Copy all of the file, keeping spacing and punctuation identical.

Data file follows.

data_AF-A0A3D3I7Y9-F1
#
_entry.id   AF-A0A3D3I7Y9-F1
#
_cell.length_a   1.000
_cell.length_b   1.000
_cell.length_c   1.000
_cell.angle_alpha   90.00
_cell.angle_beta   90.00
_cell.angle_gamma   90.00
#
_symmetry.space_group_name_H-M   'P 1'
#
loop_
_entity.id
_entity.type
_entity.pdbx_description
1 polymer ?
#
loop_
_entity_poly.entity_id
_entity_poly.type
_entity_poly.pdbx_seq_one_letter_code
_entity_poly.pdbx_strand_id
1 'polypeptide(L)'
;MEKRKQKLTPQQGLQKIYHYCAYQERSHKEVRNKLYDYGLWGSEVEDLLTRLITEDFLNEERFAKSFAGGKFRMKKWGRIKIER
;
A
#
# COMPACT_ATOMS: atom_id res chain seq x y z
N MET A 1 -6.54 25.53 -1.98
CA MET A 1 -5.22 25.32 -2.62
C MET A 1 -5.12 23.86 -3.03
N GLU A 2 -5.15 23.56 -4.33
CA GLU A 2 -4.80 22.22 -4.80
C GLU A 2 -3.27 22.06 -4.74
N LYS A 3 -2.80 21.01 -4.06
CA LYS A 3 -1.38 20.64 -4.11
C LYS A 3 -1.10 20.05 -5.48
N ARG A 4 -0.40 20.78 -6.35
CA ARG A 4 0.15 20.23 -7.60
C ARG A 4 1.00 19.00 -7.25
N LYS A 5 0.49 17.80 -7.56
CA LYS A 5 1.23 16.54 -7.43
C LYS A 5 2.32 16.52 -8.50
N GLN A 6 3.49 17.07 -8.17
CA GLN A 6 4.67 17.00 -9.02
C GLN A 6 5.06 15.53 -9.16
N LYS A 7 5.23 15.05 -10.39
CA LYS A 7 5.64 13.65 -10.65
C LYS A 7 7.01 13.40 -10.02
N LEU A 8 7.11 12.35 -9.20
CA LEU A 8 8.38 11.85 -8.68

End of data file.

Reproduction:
data_AF-A0A3D3I7Y9-F1
#
_entry.id   AF-A0A3D3I7Y9-F1
#
_cell.length_a   1.000
_cell.length_b   1.000
_cell.length_c   1.000
_cell.angle_alpha   90.00
_cell.angle_beta   90.00
_cell.angle_gamma   90.00
#
_symmetry.space_group_name_H-M   'P 1'
#
loop_
_entity.id
_entity.type
_entity.pdbx_description
1 polymer ?
#
loop_
_entity_poly.entity_id
_entity_poly.type
_entity_poly.pdbx_seq_one_letter_code
_entity_poly.pdbx_strand_id
1 'polypeptide(L)'
;MEKRKQKLTPQQGLQKIYHYCAYQERSHKEVRNKLYDYGLWGSEVEDLLTRLITEDFLNEERFAKSFAGGKFRMKKWGRIKIER
;
A
#
# COMPACT_ATOMS: atom_id res chain seq x y z
N MET A 1 -6.54 25.53 -1.98
CA MET A 1 -5.22 25.32 -2.62
C MET A 1 -5.12 23.86 -3.03
N GLU A 2 -5.15 23.56 -4.33
CA GLU A 2 -4.80 22.22 -4.80
C GLU A 2 -3.27 22.06 -4.74
N LYS A 3 -2.80 21.01 -4.06
CA LYS A 3 -1.38 20.64 -4.11
C LYS A 3 -1.10 20.05 -5.48
N ARG A 4 -0.40 20.78 -6.35
CA ARG A 4 0.15 20.23 -7.60
C ARG A 4 1.00 19.00 -7.25
N LYS A 5 0.49 17.80 -7.56
CA LYS A 5 1.23 16.54 -7.43
C LYS A 5 2.32 16.52 -8.50
N GLN A 6 3.49 17.07 -8.17
CA GLN A 6 4.67 17.00 -9.02
C GLN A 6 5.06 15.53 -9.16
N LYS A 7 5.23 15.05 -10.39
CA LYS A 7 5.64 13.65 -10.65
C LYS A 7 7.01 13.40 -10.02
N LEU A 8 7.11 12.35 -9.20
CA LEU A 8 8.38 11.85 -8.68